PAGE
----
Why Havel? (Vojtěch Jasný, CSK, CAN, 1991, 95‘, in Czech with English subtitles)
At the end of 1989, Václav Havel became the first unanimously democratically elected president of the Czechoslovak Socialist Republic. This was one of many fundamental historical turning points of the Velvet Revolution, triggered by the events of 17 November. Václav Havel’s renown preceded him. From dissident to president, from brewery to the Prague Castle, the eyes of foreign politicians, media, and celebrities were all on Havel. Who was this person who became the face of the Velvet Revolution for the rest of the world? This is a question that returnee Vojtěch Jasný also asked himself, who then created a unique portrait of Havel as distinctive as its protagonist. The film, which is narrated by the no less distinctive director Miloš Forman, is simultaneously also an important cinematic calling card for Havel, intended for foreign viewers, showing this statesman in many quotidian roles, both formal and informal. Why Havel? is also the first of many documentary films devoted to Václav Havel.
3 pm | Ponrepo Cinema | short films | free entry
I Remember, Do You Remember? (Pavel Koutecký, CZE, 1998, 59‘)
Czech Television’s series entitled I Remember, Do You Remember? examines changes in the Czech lifestyle from 1945 to 1989. The selected episode directed by Pavel Koutecký is devoted to observation of holidays during the past regime.
Oh, What a Struggle It Was! (Pavel Koutecký, CSK, 1990, 7‘)
In this playful mini-documentary, Pavel Koutecký takes a unique approach to showing Prague in the throes of the campaign leading up to the first free elections in 1990.
Oooh! We've Got It Made (Pavel Koutecký, CSK, 1990, 10‘)
This short documentary film by Pavel Koutecký captures the atmosphere of the Velvet Revolution in the streets of Prague during 29-31 December 1989, thus also during the election of Václav Havel as president.
Evolution of 4 From Revolution - Kryštof Rímský (Pavel Koutecký, Jan Šikl, CZE, 2010, 57')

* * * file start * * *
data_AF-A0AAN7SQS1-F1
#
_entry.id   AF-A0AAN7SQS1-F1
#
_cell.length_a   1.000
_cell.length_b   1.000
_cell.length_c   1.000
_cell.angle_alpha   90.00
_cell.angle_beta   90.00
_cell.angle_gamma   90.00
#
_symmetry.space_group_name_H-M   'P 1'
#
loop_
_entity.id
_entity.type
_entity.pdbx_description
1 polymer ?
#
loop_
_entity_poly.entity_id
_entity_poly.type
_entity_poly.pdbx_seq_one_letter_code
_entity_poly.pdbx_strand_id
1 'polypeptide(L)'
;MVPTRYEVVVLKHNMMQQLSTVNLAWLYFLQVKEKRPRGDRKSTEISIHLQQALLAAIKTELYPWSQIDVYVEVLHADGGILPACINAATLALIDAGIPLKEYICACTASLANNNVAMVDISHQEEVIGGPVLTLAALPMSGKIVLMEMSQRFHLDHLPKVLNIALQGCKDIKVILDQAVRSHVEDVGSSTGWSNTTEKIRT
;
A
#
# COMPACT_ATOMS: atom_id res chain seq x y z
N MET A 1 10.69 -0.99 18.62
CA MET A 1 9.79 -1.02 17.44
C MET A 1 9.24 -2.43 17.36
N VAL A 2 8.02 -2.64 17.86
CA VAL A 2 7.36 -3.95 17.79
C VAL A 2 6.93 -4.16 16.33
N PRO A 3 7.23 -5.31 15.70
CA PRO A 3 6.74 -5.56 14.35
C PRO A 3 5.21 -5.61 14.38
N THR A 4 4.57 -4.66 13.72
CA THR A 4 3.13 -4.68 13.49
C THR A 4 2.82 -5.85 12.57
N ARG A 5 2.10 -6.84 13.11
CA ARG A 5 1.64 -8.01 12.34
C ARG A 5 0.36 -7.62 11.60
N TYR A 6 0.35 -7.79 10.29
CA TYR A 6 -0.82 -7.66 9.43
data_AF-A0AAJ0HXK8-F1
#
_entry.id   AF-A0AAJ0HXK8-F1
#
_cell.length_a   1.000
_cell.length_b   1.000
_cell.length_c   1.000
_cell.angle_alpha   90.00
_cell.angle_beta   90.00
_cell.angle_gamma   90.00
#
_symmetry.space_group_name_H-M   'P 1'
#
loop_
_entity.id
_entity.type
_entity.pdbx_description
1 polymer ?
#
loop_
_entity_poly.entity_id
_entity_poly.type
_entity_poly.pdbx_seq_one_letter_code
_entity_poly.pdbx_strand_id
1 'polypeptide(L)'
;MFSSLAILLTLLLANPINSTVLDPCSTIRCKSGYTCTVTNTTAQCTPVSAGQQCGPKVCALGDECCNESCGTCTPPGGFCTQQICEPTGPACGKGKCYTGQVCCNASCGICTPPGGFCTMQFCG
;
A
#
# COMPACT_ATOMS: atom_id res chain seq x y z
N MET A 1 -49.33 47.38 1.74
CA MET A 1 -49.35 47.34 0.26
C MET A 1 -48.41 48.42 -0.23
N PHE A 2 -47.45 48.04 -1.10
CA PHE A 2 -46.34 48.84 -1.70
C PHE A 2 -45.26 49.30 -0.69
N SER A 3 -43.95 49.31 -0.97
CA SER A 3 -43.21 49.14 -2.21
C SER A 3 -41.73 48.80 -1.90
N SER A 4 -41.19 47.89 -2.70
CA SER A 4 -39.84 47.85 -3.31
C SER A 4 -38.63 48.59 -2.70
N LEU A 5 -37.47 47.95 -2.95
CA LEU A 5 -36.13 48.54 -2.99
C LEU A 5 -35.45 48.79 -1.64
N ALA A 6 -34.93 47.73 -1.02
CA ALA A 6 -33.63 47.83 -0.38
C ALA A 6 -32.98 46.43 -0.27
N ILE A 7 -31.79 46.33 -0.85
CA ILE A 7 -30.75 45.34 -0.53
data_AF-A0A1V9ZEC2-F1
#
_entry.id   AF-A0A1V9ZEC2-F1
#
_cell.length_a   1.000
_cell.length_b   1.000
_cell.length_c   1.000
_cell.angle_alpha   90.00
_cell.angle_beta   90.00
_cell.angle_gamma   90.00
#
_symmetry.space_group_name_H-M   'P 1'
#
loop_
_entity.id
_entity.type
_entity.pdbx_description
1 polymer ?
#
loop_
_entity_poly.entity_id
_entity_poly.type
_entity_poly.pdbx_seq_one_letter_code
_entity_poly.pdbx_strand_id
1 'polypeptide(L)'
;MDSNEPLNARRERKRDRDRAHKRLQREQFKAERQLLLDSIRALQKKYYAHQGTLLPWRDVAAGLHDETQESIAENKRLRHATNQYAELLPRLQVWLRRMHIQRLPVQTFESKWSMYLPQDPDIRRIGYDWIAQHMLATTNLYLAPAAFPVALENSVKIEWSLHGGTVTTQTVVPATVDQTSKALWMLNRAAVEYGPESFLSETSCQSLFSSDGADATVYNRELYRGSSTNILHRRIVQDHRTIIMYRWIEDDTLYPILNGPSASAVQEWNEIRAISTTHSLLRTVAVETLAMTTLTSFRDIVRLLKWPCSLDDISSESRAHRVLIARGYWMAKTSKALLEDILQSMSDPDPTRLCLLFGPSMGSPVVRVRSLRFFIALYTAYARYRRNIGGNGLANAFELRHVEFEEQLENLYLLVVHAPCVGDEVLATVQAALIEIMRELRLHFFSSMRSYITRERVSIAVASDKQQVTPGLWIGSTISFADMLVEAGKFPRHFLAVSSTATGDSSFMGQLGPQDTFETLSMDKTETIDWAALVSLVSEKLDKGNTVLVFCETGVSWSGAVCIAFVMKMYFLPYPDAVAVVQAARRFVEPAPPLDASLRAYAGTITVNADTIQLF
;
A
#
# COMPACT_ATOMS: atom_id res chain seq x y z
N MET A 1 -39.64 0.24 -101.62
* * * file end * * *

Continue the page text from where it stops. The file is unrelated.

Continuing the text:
The sequence of films includes a showing of the last episode of the Evolution of 4 From Revolution series, which director Pavel Koutecký began working on in 1990 as one of the last weekly newsreels shown in cinemas, entitled A Year Later. It involved portraits of four prominent figures of the Velvet Revolution created over the course of 20 years, and was completed by director Jan Šikl. The last episode of this unique long-term project is devoted to Kryštof Rímský, who was the youngest participant in the revolution and who subsequently underwent a long and complicated process of growing up – he was a revolutionary and anarchist, and at one point engaged in drug use and a search for his own path in life.
American In Prague Or Partnership For Jazz (Pavel Koutecký, CZE, 1994, 28‘)
During an official visit by President of the United States Bill Clinton, the Film and Sociology Foundation filmed selected parts of his unofficial programme. The basis of the film comprises the jazz evening spent in Prague's Reduta club where both presidents met up with our finest jazz players, and Bill Clinton, with the saxophone given to him by Vaclav Havel, joined the musicians on stage.
The Gift (Pavel Koutecký, CZE, 1996, 10‘)
In autumn of 1992, Pavel Koutecký started to shoot a documentary about Václav Havel – how it is to be a president. The material was not published, not even Václav Havel knew how the scenes looked or if there was anything shot. The director Pavel Koutecký and the Film and Sociology Foundation gave Václav Havel, for his 60th birthday, a short cut from the 4 years long shooting on a VHS cassette at the time.
Havel - Birthday (Pavel Koutecký, CZE, 1996, 7‘)
Everyone who was there was 26 years or younger, but some of them are not with us anymore.
7 pm | Ponrepo Cinema
The Death of Stalinism in Bohemia (Jan Švankmajer, CSK, 1990, 10‘, in Czech with English subtitles)